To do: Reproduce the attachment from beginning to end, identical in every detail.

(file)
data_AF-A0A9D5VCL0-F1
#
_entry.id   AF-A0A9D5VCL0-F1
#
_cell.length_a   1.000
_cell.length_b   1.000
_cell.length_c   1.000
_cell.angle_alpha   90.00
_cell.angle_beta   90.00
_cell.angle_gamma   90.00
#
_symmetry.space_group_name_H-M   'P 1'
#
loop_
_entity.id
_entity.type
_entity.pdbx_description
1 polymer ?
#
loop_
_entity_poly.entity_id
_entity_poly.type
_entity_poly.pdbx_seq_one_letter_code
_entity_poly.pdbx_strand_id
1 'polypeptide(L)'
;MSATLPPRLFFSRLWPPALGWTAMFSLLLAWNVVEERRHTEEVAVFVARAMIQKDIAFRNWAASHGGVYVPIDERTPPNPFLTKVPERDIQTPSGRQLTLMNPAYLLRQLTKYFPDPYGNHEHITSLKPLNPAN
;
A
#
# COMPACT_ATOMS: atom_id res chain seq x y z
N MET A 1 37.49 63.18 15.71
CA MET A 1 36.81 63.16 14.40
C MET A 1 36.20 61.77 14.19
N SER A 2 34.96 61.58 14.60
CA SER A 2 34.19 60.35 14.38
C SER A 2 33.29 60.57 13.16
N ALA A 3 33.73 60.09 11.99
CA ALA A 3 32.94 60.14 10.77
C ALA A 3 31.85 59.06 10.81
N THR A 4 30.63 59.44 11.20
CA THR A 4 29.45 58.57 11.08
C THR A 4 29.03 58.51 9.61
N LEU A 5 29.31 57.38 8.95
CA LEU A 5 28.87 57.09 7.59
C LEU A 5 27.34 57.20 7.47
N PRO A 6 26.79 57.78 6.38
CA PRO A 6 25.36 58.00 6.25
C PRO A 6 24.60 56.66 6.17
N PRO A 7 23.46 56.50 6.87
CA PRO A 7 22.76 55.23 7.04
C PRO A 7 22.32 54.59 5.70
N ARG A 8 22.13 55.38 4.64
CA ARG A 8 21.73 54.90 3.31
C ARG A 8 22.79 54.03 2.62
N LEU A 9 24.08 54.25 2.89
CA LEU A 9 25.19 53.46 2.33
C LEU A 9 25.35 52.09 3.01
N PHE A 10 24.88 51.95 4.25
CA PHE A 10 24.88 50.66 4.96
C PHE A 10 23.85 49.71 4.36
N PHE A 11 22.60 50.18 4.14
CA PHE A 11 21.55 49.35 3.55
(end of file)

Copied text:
data_AF-A0A9D5VCL0-F1
#
_entry.id   AF-A0A9D5VCL0-F1
#
_cell.length_a   1.000
_cell.length_b   1.000
_cell.length_c   1.000
_cell.angle_alpha   90.00
_cell.angle_beta   90.00
_cell.angle_gamma   90.00
#
_symmetry.space_group_name_H-M   'P 1'
#
loop_
_entity.id
_entity.type
_entity.pdbx_description
1 polymer ?
#
loop_
_entity_poly.entity_id
_entity_poly.type
_entity_poly.pdbx_seq_one_letter_code
_entity_poly.pdbx_strand_id
1 'polypeptide(L)'
;MSATLPPRLFFSRLWPPALGWTAMFSLLLAWNVVEERRHTEEVAVFVARAMIQKDIAFRNWAASHGGVYVPIDERTPPNPFLTKVPERDIQTPSGRQLTLMNPAYLLRQLTKYFPDPYGNHEHITSLKPLNPAN
;
A
#
# COMPACT_ATOMS: atom_id res chain seq x y z
N MET A 1 37.49 63.18 15.71
CA MET A 1 36.81 63.16 14.40
C MET A 1 36.20 61.77 14.19
N SER A 2 34.96 61.58 14.60
CA SER A 2 34.19 60.35 14.38
C SER A 2 33.29 60.57 13.16
N ALA A 3 33.73 60.09 11.99
CA ALA A 3 32.94 60.14 10.77
C ALA A 3 31.85 59.06 10.81
N THR A 4 30.63 59.44 11.20
CA THR A 4 29.45 58.57 11.08
C THR A 4 29.03 58.51 9.61
N LEU A 5 29.31 57.38 8.95
CA LEU A 5 28.87 57.09 7.59
C LEU A 5 27.34 57.20 7.47
N PRO A 6 26.79 57.78 6.38
CA PRO A 6 25.36 58.00 6.25
C PRO A 6 24.60 56.66 6.17
N PRO A 7 23.46 56.50 6.87
CA PRO A 7 22.76 55.23 7.04
C PRO A 7 22.32 54.59 5.70
N ARG A 8 22.13 55.38 4.64
CA ARG A 8 21.73 54.90 3.31
C ARG A 8 22.79 54.03 2.62
N LEU A 9 24.08 54.25 2.89
CA LEU A 9 25.19 53.46 2.33
C LEU A 9 25.35 52.09 3.01
N PHE A 10 24.88 51.95 4.25
CA PHE A 10 24.88 50.66 4.96
C PHE A 10 23.85 49.71 4.36
N PHE A 11 22.60 50.18 4.14
CA PHE A 11 21.55 49.35 3.55